Consensus metrics for information security

The Center for Internet Security (CIS) announced the public release of the industry’s first consensus metrics for information security. The metrics are user-originated, unambiguous definitions for security professionals to measure some of the most important aspects of the information security status of an enterprise.

Used on a repeatable basis, organizations can trend the results of security processes and decisions to better evaluate the impact of their programs and adjust their efforts – a feedback loop that enables continuous improvement of outcomes from security investments.

Widespread adoption of the consensus metrics can enable cross-organization benchmarking, creating a mechanism for enterprises to learn from one another and, ultimately, drive trends in security incidents downward.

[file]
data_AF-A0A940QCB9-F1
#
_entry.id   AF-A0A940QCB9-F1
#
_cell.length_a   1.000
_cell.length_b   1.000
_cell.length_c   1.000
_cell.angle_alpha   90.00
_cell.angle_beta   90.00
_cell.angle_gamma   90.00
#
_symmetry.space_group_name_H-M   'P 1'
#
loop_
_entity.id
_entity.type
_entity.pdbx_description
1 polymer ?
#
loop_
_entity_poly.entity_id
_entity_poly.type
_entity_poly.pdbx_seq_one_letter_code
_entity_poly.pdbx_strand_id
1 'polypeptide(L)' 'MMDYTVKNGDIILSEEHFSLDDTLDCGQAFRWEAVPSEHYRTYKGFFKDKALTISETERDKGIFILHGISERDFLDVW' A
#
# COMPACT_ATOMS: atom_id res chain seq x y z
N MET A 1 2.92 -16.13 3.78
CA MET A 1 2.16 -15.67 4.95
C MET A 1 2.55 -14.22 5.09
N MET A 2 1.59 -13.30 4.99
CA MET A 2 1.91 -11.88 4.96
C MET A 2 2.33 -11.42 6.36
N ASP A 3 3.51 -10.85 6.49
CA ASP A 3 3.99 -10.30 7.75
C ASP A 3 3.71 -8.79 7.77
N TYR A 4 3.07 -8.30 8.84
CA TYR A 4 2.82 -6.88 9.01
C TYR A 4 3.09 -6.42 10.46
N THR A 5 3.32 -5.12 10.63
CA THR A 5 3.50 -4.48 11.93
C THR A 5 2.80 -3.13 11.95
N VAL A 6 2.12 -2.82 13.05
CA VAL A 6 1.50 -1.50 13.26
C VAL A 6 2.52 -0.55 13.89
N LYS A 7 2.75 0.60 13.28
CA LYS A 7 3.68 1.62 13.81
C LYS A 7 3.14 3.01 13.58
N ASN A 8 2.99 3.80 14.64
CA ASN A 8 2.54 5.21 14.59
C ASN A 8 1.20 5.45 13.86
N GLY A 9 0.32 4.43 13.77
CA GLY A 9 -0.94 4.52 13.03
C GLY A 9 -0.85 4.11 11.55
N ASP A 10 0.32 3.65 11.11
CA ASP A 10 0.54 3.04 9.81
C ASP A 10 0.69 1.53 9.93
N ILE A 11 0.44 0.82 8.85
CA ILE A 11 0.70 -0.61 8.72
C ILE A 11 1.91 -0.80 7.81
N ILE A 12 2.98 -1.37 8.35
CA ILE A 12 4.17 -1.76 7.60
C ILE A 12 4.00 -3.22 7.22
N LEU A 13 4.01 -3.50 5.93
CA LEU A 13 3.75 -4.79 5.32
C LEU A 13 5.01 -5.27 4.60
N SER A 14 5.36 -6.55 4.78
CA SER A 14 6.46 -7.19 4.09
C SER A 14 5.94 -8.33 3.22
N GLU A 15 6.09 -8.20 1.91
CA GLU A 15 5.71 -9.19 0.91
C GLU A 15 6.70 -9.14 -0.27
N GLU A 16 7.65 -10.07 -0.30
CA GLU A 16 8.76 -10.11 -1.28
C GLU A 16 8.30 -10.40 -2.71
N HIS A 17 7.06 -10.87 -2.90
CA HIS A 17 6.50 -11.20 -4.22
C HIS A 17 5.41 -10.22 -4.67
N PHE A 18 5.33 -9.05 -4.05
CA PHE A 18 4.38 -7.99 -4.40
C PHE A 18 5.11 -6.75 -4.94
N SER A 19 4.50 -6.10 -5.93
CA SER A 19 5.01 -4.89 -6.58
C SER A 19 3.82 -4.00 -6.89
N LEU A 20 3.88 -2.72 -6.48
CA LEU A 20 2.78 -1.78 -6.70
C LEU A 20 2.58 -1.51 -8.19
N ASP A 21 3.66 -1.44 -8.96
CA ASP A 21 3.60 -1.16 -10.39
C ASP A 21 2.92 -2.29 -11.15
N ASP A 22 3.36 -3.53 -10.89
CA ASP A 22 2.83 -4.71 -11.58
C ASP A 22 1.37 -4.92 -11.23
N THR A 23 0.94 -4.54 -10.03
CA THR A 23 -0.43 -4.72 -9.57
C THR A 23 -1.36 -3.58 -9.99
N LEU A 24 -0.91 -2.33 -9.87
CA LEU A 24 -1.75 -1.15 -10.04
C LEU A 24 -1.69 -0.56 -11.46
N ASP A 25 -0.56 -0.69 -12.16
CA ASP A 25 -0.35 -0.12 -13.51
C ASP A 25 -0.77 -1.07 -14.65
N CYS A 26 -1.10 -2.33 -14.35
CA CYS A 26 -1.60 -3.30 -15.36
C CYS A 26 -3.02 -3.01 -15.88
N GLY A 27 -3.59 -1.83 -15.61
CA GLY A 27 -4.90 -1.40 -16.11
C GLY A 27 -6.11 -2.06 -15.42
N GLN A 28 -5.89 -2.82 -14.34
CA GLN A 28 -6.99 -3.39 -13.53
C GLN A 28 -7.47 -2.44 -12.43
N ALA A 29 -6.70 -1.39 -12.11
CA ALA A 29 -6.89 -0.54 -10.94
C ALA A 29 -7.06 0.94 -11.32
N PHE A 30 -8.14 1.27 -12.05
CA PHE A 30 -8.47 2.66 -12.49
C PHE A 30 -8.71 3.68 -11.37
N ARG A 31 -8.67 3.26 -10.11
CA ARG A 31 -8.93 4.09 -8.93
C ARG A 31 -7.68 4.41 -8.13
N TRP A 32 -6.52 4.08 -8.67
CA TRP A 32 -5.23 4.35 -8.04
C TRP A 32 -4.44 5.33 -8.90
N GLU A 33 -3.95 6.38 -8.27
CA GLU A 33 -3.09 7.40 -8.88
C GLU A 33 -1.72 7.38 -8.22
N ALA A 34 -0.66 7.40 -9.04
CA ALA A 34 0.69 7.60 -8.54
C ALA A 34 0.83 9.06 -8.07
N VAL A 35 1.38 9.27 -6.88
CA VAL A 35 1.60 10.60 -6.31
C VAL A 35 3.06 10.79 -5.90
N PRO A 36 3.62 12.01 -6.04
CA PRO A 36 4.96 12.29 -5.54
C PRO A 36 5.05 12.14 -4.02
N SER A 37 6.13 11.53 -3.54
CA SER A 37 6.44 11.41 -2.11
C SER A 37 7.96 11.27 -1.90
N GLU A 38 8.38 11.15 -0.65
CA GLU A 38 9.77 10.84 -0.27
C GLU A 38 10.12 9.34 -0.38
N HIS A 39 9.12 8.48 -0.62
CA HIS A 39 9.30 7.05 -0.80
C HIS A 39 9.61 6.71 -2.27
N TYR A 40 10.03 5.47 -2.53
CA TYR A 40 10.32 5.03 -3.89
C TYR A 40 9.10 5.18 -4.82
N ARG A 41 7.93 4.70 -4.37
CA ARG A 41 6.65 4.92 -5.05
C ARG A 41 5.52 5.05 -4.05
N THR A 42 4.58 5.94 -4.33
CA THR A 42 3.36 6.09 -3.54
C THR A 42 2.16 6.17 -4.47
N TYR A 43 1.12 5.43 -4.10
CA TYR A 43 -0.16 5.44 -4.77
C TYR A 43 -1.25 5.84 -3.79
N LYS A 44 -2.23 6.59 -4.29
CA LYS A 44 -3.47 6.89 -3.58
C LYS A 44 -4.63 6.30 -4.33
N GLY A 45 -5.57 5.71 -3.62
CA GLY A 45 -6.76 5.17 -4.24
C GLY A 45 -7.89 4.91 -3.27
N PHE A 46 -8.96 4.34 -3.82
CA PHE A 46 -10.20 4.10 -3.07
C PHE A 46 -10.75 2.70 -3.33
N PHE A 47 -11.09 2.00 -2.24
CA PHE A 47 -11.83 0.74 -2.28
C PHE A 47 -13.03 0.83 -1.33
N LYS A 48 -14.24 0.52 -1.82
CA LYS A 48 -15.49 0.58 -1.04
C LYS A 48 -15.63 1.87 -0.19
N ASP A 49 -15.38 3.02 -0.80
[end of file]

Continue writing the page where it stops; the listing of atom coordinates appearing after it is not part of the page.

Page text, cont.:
The initial set of metrics is comprised of 20 definitions representing a balanced combination of processes and outcomes across six business functions: Incident Management, Vulnerability Management, Patch Management, Application Security, Configuration Management and Finance.

Security professionals are under intense pressure to justify their program expenses. But the lack of widely accepted and unambiguous metrics for decision support causes organizations to struggle in making cost-effective security investment decisions. “Now that they are available, we recommend organizations start by picking a few outcome-based consensus security metrics that can be consistently measured with the same frequency and rigor as public financial results,” said Steven Piliero, Chief Security Officer, the Center for Internet Security.

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